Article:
Today, 6th December, according the catholic calendar anyway, marks Saint Nicolas' Day (this is also apparently the celebration of Diana's birth, no, not THAT Diana, you poof!). St Nicolas is actually quite an important saint. He is the origin of Santa Claus, the patron saint of children, sailors, fishermen, the falsely accused, pawnbrokers, thieves and many cities too. Traditionally, he is represented with three children in a barrel (his legend says that he resurected them after they had been slaughtered and put there to cure by a butcher).

As such this is my Name Day since I am called after him (and my paternal great-grandfather, I think) "Victory of the Peoples" (Νικόλαος, Nikelaos, Nicolas). In all catholic countries, this is the occasion for some sort of celebration. France's version is quite tame and is limited to sending a greeting card simply wishing "bonne fête" to the person concerned.

The picture in this post (which I shot) represents the remains of a statue of Saint Nicolas in a lovely little church in my parents' village.

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Tuesday, 5 December 2006

Happy Anniversary, Civil Partnership

Adam Macy (Andrew Wincott) and Ian Craig (Stephen Kennedy) getting hitched.

Minister for Equality, Meg Munn calls it one of the most significant pieces of legislation introduced by the Blair government. The Civil Partnership Act was one yesterday, although the first ceremonies only took place on 19th (Nothern Ireland), 20th (Scotland) and 21st (England) December 2005.

Since then just over 15,000 partnerships have taken place, a figure that overtakes the government's expectations by several years. There were 14,084 partnerships in England, 537 in Wales, 942 in Scotland and 109 in Northern Ireland.

Read the full report from the Office for National Statistics here.

The interesting thing about this, apart from the obvious demand for and success of the law, is that society hasn't collapsed, as all good religious wingnuts would want people to believe.

However, as I mentioned before, while we have more or less won the legal, there is still a lot of work to be done to make people and society realise that we are not that different from them and therefore should receive fair and equal treatment.

A survey for the BBC World Service looking at the views of young people aged 15-17 in key cities (in total 3,050 people were interviewed around the world in ten key cities including London, New York, Rio, Delhi, Moscow, Cairo, Baghdad,, Lagos, Nairobi and Jakarta) shows that 47% of them are against homosexuals being given the same rights as heterosexuals while 37% backed equal rights. In London, only 36% of 313 young people asked backed same sex rights, 39% were against it (see).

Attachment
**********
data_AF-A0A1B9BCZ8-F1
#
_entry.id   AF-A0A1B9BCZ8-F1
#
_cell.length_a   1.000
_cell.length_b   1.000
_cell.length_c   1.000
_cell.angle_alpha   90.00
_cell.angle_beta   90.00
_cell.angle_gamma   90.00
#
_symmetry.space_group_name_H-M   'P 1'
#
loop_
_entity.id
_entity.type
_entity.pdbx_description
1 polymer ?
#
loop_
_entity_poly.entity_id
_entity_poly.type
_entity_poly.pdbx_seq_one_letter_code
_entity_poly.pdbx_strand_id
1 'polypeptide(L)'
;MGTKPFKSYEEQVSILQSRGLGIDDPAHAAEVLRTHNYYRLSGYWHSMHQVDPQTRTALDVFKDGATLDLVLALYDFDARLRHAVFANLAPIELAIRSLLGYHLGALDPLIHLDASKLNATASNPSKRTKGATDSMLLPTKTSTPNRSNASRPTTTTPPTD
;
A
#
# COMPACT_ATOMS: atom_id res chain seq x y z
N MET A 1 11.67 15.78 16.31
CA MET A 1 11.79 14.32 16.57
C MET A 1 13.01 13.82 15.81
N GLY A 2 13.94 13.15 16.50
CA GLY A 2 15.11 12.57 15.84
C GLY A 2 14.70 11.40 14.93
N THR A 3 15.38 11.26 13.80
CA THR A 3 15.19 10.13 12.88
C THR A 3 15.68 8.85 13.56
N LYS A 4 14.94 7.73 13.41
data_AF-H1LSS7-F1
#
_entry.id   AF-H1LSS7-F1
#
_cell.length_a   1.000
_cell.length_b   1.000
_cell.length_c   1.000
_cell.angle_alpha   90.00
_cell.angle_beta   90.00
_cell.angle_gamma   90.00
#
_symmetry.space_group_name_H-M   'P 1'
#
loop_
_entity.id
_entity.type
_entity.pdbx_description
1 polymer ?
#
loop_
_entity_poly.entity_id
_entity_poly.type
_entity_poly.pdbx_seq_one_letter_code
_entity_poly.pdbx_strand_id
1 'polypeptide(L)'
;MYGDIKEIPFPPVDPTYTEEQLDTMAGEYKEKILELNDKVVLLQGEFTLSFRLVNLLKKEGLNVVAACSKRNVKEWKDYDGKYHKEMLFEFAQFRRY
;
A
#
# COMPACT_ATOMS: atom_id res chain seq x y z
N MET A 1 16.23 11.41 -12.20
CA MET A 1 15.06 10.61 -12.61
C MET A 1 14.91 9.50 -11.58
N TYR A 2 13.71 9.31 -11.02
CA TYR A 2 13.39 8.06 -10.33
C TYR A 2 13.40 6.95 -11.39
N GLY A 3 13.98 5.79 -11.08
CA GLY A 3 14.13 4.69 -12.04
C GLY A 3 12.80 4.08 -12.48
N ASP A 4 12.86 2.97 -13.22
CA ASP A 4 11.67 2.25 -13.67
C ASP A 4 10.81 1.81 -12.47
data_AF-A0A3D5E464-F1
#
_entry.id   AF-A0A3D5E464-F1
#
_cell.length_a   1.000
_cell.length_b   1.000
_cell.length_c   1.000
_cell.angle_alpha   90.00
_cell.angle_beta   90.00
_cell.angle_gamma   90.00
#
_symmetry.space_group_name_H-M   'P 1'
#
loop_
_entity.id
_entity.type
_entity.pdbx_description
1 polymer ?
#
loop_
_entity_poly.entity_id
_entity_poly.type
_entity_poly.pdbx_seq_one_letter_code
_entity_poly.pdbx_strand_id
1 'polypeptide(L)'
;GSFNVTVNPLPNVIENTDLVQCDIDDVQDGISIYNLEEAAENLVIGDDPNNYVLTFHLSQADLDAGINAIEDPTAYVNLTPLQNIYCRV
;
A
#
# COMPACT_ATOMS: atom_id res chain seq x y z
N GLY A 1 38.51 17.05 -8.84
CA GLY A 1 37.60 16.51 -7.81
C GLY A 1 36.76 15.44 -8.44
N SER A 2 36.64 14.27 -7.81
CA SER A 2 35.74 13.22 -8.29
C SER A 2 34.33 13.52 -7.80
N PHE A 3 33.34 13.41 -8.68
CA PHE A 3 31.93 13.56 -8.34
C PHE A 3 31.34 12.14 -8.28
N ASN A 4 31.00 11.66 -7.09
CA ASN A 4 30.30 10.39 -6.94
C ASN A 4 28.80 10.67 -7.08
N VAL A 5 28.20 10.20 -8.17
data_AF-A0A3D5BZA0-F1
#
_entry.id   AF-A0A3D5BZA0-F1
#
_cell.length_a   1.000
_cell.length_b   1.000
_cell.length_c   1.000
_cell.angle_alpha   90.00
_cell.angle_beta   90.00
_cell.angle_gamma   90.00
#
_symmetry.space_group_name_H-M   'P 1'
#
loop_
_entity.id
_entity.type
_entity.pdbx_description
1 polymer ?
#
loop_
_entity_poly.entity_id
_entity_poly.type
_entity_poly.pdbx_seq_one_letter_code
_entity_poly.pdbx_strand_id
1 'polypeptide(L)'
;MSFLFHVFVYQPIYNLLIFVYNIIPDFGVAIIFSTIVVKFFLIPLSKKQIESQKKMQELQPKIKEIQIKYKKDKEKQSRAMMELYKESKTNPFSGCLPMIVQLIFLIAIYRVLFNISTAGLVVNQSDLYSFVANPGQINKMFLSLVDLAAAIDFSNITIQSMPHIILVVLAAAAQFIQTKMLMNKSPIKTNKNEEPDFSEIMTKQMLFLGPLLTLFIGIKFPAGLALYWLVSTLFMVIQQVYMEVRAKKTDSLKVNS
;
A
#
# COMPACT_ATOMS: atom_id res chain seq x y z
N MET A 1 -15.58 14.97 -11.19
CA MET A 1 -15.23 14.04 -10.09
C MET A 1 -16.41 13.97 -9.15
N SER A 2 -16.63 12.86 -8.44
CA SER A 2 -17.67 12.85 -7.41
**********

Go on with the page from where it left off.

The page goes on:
On a lighter note and as I was saying a month ago, the Archers will be holding theirs and probably also "Soapland"'s first Civil Partnership on Thursday 14 December (7.00pm (repeated the next day at 2.00pm), BBC Radio4).

"Soap’s longest running gay romance, involving Adam Macy (Andrew Wincott) and Ian Craig (Stephen Kennedy) - pictured -, began in April 2004 with a kiss in a polytunnel that left listeners in no doubt about how the farmer and chef felt about one another. Of course, ragged nerves and family politics are customary at any wedding – and the union of Adam and Ian is no exception."

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Sunday, 3 December 2006

Surreal Santas

picture from

Christmas is upon us (more or less). If like me, you see in this a reason to be depressed rather than overjoyed, you may want to check those upcoming events to take yourself away from the grim consumerist reality and to more surreal plains:

* Santa Claus Pub Crawl - organised by London Business School Students Association. No date yet.

* Santa Lash 2006 - Starts at Temple Walkabout, on 16 December at 6pm.

If you are feeling more energetic and health conscious, however, I would recommend the first London Santa Run. It will take place in Battersea Park, Wandsworth on Saturday 9 December from 9:30am.

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Friday, 1 December 2006

Tony Blair Speaks Up for World AIDS Day

In a special broadcast on MTV to mark World AIDS Day, Tony Blair said he thought it would be better "if all the churches and religious organisations were facing up to reality. [...] If we have a sort of blanket ban coming from religious hierarchy saying it's wrong to use contraception], then you discourage people from doing it in circumstances where they need to protect their own lives,"

Tony Blair was completely right to tell religious leaders to become more responsible regarding the use of condoms. Not only is the Catholic Chruch against the use of condom, it actually claims that condoms do not work. This was mentioned in the Guardian by Polly Toynbee at the time of John Paul II's death: "Refusing support to all who offer condoms, spreading the lie that the Aids virus passes easily through microscopic holes in condoms - this irresponsibility is beyond all comprehension."